# Running Laps

Alignments to Content Standards: 4.NF.A

Cruz and Erica were both getting ready for soccer.

• Cruz ran 1 lap around the school.

• Erica ran 3 laps around the playground.

Erica said,

I ran more laps, so I ran farther.

Cruz said,

4 laps around the school is 1 mile, but it takes 12 laps around the playground to go 1 mile. My laps are much longer, so I ran farther.

## IM Commentary

The purpose of this task is for students to compare two fractions that arise in a context. Because the fractions are equal, students need to be able to explain how they know that. Some students might stop at the second-to-last picture and note that it looks like they ran the same distance, but the explanation is not yet complete at that point. Just because to pictures look the same doesn't mean they are. Think of a picture representing $\frac{49}{100}$ and $\frac{50}{99}$--these will look very similar, but they are not, in fact, equal. To explain why Erica and Cruz ran the same distance, we have to explain why $\frac14 = \frac{3}{12}$.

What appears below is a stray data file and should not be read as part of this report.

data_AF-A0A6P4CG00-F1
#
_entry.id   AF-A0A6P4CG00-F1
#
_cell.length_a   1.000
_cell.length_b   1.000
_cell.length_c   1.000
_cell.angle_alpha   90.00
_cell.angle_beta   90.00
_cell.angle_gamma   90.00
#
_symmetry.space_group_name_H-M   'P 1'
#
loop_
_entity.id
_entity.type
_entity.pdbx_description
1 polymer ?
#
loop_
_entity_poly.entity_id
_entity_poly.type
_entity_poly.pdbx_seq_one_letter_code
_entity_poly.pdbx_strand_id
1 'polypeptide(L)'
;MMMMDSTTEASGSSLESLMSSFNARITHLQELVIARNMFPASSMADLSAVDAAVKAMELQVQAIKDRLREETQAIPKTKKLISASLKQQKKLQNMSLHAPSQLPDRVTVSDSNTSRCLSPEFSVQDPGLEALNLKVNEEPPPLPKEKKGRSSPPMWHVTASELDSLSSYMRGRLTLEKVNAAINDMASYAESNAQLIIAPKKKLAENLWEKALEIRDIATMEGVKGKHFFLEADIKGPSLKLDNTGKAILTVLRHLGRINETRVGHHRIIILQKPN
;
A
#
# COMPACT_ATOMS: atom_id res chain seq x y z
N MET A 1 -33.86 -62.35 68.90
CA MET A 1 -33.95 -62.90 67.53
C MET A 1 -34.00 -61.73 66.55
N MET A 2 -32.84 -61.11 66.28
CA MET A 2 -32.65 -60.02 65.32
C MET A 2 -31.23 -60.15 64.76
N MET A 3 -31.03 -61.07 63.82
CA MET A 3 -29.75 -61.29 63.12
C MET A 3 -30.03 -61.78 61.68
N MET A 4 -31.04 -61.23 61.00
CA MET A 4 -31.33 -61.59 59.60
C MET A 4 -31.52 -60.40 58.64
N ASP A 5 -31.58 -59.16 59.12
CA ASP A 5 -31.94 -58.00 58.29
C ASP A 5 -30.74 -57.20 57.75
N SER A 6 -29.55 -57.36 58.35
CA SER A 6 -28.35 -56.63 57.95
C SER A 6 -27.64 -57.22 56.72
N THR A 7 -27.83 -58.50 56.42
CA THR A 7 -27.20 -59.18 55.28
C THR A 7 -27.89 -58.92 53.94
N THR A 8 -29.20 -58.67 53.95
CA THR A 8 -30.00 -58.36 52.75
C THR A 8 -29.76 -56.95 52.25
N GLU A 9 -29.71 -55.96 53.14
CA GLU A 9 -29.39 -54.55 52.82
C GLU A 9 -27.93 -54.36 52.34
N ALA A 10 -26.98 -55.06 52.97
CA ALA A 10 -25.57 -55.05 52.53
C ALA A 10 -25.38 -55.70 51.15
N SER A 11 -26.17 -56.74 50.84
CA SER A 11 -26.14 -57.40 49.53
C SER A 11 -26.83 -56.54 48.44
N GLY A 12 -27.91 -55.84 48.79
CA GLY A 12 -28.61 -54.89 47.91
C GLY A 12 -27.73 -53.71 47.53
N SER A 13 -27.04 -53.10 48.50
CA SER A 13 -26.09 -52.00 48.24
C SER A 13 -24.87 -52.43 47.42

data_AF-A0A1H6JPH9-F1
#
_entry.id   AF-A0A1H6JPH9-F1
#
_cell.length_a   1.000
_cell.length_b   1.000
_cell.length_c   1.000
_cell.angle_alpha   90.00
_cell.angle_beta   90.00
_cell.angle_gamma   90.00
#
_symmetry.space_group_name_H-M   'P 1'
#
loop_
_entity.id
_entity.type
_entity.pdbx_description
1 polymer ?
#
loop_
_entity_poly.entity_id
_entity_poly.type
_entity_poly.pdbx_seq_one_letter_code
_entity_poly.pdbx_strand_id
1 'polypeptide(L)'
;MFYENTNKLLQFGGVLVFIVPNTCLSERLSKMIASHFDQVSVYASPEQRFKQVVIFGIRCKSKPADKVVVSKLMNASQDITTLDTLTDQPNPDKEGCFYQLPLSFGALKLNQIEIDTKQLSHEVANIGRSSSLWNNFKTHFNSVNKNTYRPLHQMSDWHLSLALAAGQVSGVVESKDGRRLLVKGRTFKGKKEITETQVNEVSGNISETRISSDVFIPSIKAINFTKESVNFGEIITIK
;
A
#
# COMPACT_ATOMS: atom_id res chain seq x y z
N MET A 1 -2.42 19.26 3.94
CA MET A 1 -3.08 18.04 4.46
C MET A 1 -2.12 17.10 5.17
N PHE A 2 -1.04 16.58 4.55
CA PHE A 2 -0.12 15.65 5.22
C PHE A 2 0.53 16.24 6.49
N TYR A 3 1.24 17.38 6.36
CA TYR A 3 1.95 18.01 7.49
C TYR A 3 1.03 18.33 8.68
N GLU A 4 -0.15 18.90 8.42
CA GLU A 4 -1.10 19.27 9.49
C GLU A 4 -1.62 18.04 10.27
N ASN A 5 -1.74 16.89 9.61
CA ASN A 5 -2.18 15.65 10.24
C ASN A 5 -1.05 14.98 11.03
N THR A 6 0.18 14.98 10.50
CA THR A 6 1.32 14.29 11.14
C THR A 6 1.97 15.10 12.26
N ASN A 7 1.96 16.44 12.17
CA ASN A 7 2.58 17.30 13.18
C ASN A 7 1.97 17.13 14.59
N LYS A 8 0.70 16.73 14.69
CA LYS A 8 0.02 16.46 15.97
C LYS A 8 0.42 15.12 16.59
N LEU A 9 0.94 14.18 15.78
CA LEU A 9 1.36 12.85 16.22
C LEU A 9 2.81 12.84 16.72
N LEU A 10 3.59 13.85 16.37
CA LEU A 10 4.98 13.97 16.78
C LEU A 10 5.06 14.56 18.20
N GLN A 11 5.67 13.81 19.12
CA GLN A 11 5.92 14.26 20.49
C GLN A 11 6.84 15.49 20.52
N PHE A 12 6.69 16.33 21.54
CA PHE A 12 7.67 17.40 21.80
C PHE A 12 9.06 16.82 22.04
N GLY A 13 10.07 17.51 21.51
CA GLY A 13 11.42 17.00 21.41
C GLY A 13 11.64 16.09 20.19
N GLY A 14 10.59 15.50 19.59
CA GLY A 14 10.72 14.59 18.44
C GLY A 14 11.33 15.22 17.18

Note that this task illustrates the cluster "4.NF.A Extend understanding of fraction equivalence and ordering" because it addresses elements of both the standards within this cluster.

## Solution

Let’s begin with a picture representing $1$ mile. With this picture in mind, we can see that one lap around the school is $\frac14$ mile: and we can see that one lap around the playground is $\frac{1}{12}$ mile: Since Erica ran 3 laps around the playground, she ran $\frac{3}{12}$ mile. Since Cruz ran 1 lap around the school, he ran $\frac14$ mile: Now looking at the pictures above, it looks like they actually ran the same distance. We can show this is true if we divide each of the laps around the school into three equal pieces: When we subdivide each $\frac14$ mile lap into three equal pieces, our mile is divided into 12 equal pieces. The piece that represents Cruz's run is now divided into 3 pieces, and so $\frac14 = \frac{3}{12}$ he ran the same distance that Erica ran.